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2018 AL West Preview: Oakland Athletics’ season projections and looking towards the future

Best and worst case scenarios, projections, and a look at the depth/farm/pitching pile.

Oakland Athletics Vs. Boston Red Sox At Fenway Park
the only thing that could have made this better is if he actually caught it
Photo by Barry Chin/The Boston Globe via Getty Images

The Oakland Athletics are still a few years away from completing their rebuild, and projection systems recognize that.

  • Current Fangraphs projected record: 77-85 (5th in the AL West, 20th in MLB, 11th in the AL)
  • Projected runs scored per game (RS/G): 4.73
  • Projected runs scored against per game (RA/G): 4.96
  • PECOTA projected record: 77-85 (4th in the AL West)

As Jake pointed out in the pitching section, the A’s rotation has multiple question marks. Fangraphs has the staff allowing almost five runs a game, and PECOTA sees Sean Manaea as being their best pitcher, for a WARP of 1.1.

How can the Athletics leap over their lowly projection?

If the A’s are to break .500 this year, they’ll need players on both sides of the ball to step up. The offense is full of young, high-ceiling players who could blow past their projected scores; PECOTA only has Matt Olson for 2.1 WARP, which is almost what he accumulated in just 216 PAs last year.

PECOTA sees a mere 6.6 WARP coming from the entire pitching staff, indicative of the limited experience level in the starting rotation. PECOTA has Andrew Triggs for .6 WARP, significantly lower than he logged in limited action in either of the last two seasons. Steamer likes him more, for 1.3 WAR; if Triggs continues to show flashes of the strong pitcher he was in 2016 when he posted a 17.6% K-BB rate, that can do a lot to help solidify a rotation that doesn’t have a clear fifth starter. Or fourth, at the time of this writing. The bullpen projects to be a strength for the Athletics, with new signing Yusmeiro Petit able to provide multi-inning relief and multiple late inning options in Santiago Casilla, Blake Treinen, and ex-Mariner Emilio Pagan. If the A’s can get to the later innings with a lead, their bullpen should be able to deliver a win, and maybe help lift them nearer to .500.

What might hamstring Oakland this year?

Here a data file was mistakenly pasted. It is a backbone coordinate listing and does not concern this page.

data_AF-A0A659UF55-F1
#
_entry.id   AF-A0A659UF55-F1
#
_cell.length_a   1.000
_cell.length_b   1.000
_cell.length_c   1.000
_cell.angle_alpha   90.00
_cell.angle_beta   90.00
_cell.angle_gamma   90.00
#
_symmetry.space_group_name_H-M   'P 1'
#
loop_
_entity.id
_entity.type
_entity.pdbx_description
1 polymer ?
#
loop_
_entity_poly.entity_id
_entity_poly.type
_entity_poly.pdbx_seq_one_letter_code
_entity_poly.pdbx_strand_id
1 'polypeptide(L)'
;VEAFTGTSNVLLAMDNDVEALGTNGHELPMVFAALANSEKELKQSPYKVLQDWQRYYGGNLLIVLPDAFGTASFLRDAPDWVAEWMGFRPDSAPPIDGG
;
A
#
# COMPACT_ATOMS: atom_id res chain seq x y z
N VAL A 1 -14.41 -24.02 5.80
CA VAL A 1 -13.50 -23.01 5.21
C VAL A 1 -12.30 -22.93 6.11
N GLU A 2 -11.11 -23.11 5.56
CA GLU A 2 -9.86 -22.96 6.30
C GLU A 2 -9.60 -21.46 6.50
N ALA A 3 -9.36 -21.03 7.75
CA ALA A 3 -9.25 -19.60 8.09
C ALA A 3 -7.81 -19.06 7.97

The A’s are young, and young players can struggle with consistency. After posting a wRC+ of 132 in 283 PAs in 2016, Ryon Healy took a step back in his full first year as a pro, and the A’s shipped him off to the Mariners this off-season. They won’t have that option if young players like Matt Chapman or Matt Olson take a step back; this year will be as much a referendum on Oakland’s ability to develop young talent as anything. PECOTA projects Matt Chapman for 3.5 WARP, in part thanks to his excellent defense, but his bat will have to keep pace as MLB pitchers have more time to adjust to him as a batter.

What reinforcements are available on the farm?

The A’s farm is deep, and some of them are pretty close to MLB. Top pitching prospect A.J. Puk threw well in 64 innings last year at Double-A, maintaining his impressive strikeout rate even as he faced tougher competition. Franklin Barreto didn’t exactly burst on the scene in his cup of coffee last year, but he’s young and loaded with tools, and has raked at every stop on his minor league career. If the A’s are out of contention at the trade deadline and Jed Lowrie repeats his success from 2017, he’ll make an appealing trade candidate for a club looking for infield help, opening a spot for Barreto. Also close to ready is top prospect Jorge Mateo, who should debut for Triple-A Nashville this year. Top catching prospect Sean Murphy is probably still a solid year out—too bad, because catcher is one position where the A’s have some instability. With the strength of their farm, things are win-win for the Athletics: either the A’s surprise everyone and play well in a competitive AL West, or they lose, sell off pieces, and their young players get MLB exposure in the way the young Astros players did during their rebuild.


The A’s are still in the midst of their rebuild, and as such have little incentive to try to compete in a tough division. The talent on the farm is almost MLB-ready, and the A’s are best served to exercise patience and let young players get the bulk of playing time and development. Retaining Khris Davis and signing Yusmeiro Petit show that the A’s aren’t planning to tank right out of the gates, however, in case a Yankees-style Baby A’s revolution catches fire, but they’re well set up to trade off those assets if they’re out of contention, which is the much more likely outcome. Enjoy the A’s while they’re bad. With the infusion of youth talent they have coming down the pipe, they’ll soon enough outstrip the Mariners’ bare-bones farm.